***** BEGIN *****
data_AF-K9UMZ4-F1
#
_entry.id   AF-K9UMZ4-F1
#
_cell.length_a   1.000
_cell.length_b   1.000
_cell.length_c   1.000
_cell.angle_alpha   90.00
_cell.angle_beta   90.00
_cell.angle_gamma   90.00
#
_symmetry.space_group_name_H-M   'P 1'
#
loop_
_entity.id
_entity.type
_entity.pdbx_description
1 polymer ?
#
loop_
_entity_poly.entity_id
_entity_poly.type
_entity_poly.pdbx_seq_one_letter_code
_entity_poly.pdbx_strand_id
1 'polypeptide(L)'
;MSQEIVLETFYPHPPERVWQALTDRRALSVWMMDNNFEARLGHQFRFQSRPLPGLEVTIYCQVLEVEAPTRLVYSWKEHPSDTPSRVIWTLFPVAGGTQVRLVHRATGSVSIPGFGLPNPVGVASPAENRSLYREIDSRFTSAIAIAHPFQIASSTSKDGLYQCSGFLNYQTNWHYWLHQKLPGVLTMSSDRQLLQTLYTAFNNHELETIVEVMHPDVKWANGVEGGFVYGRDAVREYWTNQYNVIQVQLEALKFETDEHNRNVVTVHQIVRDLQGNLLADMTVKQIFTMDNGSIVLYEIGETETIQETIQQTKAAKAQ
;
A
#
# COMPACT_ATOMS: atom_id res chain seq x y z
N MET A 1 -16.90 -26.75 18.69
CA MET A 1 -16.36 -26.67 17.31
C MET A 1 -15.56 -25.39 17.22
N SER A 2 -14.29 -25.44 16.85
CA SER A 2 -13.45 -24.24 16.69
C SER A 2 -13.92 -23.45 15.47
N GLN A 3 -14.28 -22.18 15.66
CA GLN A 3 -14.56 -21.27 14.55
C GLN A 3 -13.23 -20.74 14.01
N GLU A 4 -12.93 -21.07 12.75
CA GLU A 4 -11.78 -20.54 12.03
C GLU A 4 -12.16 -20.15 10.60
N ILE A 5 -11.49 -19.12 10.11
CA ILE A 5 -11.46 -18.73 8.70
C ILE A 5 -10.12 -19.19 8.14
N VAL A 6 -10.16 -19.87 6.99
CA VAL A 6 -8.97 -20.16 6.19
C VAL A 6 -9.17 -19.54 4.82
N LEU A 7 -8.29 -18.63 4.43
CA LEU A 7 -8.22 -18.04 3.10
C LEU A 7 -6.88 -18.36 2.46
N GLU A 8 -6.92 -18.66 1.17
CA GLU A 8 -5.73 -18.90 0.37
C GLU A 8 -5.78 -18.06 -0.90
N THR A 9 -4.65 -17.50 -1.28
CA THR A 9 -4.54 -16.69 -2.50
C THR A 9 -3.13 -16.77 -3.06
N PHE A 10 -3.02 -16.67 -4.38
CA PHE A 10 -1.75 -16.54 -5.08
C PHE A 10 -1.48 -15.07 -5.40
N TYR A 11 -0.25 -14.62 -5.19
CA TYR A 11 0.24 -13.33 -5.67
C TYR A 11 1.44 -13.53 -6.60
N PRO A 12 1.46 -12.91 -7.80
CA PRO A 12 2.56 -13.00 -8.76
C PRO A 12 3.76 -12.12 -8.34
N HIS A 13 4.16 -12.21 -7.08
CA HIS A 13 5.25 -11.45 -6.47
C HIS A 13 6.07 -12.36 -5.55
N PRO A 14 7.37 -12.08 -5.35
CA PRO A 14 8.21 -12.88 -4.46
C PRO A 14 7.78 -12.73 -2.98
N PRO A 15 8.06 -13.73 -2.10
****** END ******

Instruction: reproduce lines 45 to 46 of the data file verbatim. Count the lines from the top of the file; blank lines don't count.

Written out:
C ILE A 5 -10.12 -19.19 8.14
N VAL A 6 -10.16 -19.87 6.99